During my visit to several of their commercial businesses – The Re-Users, The Wood Shack, Jericho Construction, and Miracle Laundry – I saw that their relationship-driven approach and emphasis on employee wellbeing means that underlying problems that impact employment, such as financial stress, which drives low productivity, absenteeism, and job loss, are identified and local resources can be leveraged to address these problems.

Lucy Watkin, The Wood Shack Manager, told me:

Problems with money, whether it’s a big debt or the inability to pay rent or even afford food, come to work with people. So we talk about training and development, but also about their general wellbeing. By being around them every day and asking questions about their wellbeing, our employees feel like they can open up about money stress, and then we can link them in with local debt advice, get them housing support, help them sort their benefits or offer them a numeracy course, which helps people actually deal with the problem, rather than letting it get so big they stop coming in.

Jericho’s model is having immense impact. Most of their employees come from disadvantaged backgrounds, are survivors of modern slavery, or are neuro-diverse and the tailored, needs-driven, compassionate support they receive opens doors that were previously closed. The investment required to offer this kind of support pays off for its employees and its bottom line. Their commercial businesses are thriving, with the local community voting for their social vision with their wallets, and their employees describe profound changes in their lives.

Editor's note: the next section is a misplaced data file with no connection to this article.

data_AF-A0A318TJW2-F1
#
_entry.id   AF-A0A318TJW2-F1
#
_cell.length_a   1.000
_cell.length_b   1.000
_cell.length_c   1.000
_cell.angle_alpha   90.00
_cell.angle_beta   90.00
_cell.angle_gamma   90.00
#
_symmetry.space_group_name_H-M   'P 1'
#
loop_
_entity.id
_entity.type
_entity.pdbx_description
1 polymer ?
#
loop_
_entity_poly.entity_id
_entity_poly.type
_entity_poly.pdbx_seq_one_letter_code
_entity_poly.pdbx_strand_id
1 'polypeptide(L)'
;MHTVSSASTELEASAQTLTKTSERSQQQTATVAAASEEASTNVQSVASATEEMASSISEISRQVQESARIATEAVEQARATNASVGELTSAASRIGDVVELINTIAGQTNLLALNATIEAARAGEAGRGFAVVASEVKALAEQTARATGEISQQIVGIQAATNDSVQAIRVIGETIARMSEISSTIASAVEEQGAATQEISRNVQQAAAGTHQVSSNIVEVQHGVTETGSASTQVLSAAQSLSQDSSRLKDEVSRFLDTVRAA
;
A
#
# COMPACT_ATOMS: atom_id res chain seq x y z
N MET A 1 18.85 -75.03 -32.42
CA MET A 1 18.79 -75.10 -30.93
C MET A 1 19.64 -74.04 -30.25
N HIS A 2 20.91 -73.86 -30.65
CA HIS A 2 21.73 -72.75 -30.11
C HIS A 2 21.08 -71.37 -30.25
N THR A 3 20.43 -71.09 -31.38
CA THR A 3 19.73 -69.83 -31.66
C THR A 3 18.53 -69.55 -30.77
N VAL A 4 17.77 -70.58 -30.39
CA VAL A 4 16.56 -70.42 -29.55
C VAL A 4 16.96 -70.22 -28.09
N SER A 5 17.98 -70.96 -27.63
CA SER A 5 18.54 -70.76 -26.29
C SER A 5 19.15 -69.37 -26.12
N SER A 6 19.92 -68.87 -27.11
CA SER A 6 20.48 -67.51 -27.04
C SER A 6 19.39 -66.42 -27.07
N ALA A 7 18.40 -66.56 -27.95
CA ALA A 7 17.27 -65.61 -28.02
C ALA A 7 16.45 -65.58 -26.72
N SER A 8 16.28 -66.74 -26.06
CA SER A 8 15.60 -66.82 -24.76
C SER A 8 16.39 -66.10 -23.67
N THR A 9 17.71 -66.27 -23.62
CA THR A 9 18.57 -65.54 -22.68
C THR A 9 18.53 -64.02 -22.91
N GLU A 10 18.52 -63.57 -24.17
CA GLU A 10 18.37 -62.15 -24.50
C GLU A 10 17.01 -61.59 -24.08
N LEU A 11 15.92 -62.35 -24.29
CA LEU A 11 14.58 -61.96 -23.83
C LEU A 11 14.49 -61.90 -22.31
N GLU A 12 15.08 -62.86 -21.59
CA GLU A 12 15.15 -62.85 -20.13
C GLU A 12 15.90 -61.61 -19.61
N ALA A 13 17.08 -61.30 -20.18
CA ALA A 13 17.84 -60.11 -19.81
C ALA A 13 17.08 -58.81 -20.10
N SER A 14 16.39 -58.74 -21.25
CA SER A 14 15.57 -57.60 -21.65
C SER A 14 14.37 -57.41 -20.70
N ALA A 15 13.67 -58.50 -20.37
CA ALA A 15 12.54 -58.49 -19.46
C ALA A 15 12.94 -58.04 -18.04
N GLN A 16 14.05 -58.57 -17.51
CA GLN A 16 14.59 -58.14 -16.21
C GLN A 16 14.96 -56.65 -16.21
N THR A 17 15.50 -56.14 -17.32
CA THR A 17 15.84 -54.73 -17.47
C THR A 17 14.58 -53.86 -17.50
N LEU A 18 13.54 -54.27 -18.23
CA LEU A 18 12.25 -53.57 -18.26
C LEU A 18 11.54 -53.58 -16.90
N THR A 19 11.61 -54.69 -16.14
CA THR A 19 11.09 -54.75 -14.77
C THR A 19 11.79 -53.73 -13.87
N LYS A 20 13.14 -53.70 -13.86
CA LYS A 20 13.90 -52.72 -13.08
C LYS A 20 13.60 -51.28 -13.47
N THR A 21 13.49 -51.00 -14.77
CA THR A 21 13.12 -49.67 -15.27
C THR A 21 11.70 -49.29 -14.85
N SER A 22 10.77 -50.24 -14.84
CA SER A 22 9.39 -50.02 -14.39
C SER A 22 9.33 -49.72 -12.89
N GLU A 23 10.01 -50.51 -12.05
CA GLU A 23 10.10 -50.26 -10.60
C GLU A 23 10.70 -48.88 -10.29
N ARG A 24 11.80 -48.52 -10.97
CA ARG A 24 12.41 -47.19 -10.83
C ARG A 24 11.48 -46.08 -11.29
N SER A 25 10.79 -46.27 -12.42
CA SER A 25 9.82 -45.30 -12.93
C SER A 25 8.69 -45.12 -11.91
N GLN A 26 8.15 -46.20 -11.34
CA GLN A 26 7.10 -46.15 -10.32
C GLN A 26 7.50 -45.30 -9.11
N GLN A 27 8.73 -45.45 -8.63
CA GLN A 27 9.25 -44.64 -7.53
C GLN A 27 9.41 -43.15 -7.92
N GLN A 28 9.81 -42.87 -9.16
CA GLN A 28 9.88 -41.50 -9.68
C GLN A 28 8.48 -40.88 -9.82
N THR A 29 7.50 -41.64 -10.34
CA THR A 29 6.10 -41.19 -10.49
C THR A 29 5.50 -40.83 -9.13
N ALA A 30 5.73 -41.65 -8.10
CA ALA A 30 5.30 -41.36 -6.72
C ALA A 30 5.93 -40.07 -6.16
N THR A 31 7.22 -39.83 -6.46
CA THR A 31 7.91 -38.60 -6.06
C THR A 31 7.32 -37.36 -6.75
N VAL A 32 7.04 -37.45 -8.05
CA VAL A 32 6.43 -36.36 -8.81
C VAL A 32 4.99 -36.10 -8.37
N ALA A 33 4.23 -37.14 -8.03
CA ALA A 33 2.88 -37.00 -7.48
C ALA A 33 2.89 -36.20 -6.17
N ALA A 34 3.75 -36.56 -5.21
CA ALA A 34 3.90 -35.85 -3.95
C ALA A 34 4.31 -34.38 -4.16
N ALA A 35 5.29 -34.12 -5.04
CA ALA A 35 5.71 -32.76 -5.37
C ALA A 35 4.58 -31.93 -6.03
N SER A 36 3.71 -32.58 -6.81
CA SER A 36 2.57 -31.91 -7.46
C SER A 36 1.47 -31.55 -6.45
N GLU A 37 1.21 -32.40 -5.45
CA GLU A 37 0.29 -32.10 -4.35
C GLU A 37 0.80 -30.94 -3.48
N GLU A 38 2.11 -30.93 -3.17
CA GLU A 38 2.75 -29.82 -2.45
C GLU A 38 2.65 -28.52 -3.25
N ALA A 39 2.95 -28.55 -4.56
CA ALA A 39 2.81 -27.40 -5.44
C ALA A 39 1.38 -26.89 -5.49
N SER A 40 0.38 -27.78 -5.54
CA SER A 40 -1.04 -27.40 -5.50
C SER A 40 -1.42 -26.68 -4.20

Three key themes characterise both CAP’s and Jericho’s approach to support:

  1. Skills strengthen support – The charities exist to fix a problem, be it debt or worklessness, but they also equip their clients with skills – financial skills or work qualifications – which unlocks potential and creates long-term resilience in people’s lives.
  2. Relationships identify root-causes – Strong relationships with clients and the community mean that underlying causes of poverty are identified, and cross-sector community expertise is leveraged to tackle root causes, preventing unnecessary duplication of services.
  3. A local approach drives innovation and investment – Each CAP centre, or Jericho business, is led by community members with deep local knowledge, meeting the specific needs of that community, and generating buy in from local people.

Christians Against Poverty and The Jericho Foundation are part of the CSJ’s Alliance of poverty-fighting charities. We are incredibly grateful for their support and the time taken to share their brilliant work, teams and clients with us.

If you’d like to join the Alliance, please get in-touch by following this link.

Sign up to the CSJ Leader Column